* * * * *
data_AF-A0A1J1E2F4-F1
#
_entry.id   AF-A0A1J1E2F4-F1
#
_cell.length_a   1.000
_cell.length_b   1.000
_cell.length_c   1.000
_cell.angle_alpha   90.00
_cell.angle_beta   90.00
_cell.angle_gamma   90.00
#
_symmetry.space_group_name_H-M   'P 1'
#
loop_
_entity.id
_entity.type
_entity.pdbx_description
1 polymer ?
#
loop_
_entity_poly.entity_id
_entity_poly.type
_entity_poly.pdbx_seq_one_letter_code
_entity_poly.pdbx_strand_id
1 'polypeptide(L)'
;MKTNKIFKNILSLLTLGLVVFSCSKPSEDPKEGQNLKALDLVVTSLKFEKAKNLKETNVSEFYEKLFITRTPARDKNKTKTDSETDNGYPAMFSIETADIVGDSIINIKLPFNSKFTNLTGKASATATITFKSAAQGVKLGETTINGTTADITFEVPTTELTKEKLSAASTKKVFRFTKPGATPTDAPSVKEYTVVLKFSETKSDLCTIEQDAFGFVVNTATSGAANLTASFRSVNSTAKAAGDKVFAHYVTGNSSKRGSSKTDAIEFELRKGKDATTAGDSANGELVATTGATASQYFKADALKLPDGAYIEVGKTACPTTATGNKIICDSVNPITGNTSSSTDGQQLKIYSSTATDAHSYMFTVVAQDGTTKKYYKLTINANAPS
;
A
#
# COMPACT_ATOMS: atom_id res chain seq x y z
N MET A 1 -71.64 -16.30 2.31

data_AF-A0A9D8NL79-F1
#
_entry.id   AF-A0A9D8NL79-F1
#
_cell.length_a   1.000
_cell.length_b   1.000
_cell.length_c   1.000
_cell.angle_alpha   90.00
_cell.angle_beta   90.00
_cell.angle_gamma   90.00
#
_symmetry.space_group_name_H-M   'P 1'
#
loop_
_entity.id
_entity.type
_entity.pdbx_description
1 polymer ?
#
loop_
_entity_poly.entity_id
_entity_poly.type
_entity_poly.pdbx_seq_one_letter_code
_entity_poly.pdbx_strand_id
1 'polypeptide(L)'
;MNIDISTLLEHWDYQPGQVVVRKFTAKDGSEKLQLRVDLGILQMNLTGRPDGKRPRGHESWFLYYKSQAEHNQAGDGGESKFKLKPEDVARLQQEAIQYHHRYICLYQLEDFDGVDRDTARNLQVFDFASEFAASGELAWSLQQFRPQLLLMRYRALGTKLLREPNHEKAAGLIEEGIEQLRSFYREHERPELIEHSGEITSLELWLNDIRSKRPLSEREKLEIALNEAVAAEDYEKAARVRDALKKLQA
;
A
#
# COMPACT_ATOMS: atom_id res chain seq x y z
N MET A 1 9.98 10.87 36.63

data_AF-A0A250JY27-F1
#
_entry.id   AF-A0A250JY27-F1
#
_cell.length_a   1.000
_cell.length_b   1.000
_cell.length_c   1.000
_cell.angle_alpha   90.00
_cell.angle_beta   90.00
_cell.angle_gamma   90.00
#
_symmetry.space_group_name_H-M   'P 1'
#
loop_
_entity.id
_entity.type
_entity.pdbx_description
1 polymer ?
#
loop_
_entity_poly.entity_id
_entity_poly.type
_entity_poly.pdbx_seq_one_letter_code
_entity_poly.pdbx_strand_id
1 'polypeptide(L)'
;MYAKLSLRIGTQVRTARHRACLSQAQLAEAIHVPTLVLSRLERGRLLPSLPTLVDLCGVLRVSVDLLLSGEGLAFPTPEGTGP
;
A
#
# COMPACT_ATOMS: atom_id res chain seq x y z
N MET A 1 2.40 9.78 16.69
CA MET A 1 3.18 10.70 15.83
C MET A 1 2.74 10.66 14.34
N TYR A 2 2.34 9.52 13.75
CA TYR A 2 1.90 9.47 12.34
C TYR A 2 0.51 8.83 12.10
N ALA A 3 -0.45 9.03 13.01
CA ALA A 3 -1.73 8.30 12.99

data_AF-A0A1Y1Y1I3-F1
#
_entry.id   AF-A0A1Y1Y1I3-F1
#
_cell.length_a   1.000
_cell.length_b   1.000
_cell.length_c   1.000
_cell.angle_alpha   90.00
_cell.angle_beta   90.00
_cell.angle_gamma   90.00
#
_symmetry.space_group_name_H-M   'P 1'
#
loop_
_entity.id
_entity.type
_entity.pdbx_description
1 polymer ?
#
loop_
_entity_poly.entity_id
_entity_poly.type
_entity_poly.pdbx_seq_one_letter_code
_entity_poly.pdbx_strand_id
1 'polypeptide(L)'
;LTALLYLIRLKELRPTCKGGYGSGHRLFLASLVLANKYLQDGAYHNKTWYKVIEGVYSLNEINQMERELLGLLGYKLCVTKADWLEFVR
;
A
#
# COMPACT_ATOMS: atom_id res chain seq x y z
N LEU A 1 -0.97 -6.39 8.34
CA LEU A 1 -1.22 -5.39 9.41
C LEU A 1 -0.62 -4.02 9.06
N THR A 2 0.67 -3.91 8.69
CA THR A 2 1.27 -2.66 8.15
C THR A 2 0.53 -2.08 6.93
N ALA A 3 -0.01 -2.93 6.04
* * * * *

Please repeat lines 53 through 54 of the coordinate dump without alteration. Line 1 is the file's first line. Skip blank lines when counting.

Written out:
_entity_poly.type
_entity_poly.pdbx_seq_one_letter_code